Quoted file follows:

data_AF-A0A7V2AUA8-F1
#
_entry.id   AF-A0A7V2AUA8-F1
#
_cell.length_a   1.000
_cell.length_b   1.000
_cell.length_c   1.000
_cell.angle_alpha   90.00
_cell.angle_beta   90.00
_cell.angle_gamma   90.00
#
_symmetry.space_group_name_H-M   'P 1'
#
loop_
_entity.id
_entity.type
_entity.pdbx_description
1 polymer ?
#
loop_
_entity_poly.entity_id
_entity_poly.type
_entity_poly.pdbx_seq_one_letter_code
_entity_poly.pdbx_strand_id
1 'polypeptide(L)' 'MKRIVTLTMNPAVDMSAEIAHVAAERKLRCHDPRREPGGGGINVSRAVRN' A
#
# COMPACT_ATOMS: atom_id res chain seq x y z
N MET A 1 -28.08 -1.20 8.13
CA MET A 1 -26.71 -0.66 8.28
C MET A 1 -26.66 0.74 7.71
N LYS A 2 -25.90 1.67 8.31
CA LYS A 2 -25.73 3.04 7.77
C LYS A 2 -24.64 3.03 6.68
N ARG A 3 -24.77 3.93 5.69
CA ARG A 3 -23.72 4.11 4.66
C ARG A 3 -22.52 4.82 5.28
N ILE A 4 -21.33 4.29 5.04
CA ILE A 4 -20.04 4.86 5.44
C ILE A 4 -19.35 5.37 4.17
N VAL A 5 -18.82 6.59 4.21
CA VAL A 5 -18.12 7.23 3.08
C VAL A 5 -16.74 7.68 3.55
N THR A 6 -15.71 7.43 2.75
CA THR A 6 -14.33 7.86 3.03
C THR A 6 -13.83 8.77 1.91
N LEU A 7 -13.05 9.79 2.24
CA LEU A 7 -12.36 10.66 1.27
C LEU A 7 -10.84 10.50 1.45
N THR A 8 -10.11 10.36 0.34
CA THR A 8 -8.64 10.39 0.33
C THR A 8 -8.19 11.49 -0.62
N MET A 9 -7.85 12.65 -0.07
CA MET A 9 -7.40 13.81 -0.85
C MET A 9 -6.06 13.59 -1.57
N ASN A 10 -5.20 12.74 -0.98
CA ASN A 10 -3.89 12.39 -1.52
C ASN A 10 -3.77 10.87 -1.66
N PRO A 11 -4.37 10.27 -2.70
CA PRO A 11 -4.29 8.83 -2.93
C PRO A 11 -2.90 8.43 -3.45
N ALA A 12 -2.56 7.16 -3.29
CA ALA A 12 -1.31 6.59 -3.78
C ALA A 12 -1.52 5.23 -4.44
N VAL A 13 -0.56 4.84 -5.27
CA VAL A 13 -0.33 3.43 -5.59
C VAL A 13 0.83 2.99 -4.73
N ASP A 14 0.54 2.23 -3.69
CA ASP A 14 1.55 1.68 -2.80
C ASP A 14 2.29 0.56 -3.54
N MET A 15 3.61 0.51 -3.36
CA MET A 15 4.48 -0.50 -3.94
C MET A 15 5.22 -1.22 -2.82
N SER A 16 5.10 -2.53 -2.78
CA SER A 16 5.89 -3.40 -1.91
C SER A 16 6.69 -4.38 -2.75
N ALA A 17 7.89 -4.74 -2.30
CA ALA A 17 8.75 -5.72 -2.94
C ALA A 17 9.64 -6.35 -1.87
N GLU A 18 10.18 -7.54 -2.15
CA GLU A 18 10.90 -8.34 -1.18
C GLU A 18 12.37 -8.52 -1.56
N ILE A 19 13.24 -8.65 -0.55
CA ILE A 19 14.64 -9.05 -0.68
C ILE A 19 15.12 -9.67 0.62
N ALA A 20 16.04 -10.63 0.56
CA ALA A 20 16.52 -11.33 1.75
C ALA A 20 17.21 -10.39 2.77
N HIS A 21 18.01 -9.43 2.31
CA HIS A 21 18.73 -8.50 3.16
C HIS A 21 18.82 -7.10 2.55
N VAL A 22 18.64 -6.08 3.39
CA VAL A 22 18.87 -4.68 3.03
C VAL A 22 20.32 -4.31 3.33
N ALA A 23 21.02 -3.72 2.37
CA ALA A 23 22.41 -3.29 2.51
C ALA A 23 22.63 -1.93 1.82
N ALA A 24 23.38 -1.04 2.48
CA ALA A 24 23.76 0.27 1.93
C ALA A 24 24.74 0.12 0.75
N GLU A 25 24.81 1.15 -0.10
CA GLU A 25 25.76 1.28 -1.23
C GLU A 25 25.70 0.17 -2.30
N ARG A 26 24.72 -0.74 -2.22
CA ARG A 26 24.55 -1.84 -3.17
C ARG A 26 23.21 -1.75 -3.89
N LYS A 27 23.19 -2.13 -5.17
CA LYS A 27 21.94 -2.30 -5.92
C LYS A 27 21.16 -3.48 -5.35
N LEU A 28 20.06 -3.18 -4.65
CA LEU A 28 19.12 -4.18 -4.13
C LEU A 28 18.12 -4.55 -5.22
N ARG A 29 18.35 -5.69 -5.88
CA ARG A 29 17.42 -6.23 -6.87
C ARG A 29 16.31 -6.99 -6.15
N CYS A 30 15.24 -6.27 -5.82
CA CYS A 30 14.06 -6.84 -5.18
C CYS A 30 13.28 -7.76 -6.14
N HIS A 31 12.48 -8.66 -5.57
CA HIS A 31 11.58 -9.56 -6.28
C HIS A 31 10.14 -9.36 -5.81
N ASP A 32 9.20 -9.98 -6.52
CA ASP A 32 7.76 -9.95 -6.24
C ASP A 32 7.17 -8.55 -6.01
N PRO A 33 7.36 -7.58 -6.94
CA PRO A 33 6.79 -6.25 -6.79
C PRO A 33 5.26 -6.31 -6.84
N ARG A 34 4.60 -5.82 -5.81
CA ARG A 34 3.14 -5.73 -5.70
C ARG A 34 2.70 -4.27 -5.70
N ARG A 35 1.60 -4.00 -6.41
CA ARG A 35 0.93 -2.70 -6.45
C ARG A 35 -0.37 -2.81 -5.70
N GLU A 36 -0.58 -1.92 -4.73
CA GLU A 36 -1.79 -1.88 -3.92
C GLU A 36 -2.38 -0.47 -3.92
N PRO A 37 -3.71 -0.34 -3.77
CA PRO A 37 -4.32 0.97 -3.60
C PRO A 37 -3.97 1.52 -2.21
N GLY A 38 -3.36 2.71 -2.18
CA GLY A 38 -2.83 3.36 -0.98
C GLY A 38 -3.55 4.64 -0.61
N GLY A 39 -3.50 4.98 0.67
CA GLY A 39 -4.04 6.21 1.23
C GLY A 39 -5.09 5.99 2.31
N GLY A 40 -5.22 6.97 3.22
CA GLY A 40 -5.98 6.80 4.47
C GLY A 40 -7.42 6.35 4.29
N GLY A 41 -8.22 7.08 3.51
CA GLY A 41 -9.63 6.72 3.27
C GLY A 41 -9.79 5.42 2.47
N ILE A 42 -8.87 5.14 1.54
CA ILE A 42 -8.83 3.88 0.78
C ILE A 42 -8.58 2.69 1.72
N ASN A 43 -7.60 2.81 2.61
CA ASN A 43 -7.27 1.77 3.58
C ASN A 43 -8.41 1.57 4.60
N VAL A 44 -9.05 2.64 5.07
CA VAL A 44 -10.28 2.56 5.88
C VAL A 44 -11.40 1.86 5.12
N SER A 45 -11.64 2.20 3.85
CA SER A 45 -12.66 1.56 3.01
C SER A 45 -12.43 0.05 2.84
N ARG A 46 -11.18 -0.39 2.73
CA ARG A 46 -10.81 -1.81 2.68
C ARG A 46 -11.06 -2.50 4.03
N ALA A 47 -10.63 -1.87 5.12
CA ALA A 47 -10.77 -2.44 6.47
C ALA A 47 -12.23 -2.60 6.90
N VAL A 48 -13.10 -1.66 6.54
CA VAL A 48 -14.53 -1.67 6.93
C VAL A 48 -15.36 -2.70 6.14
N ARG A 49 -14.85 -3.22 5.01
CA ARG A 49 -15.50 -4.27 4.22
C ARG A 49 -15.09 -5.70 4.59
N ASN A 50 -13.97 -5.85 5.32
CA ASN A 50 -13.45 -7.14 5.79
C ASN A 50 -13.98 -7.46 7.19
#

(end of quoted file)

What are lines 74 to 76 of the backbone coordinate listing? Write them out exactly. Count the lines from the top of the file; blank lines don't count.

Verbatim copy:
CA SER A 16 5.89 -3.40 -1.91
C SER A 16 6.69 -4.38 -2.75
N ALA A 17 7.89 -4.74 -2.30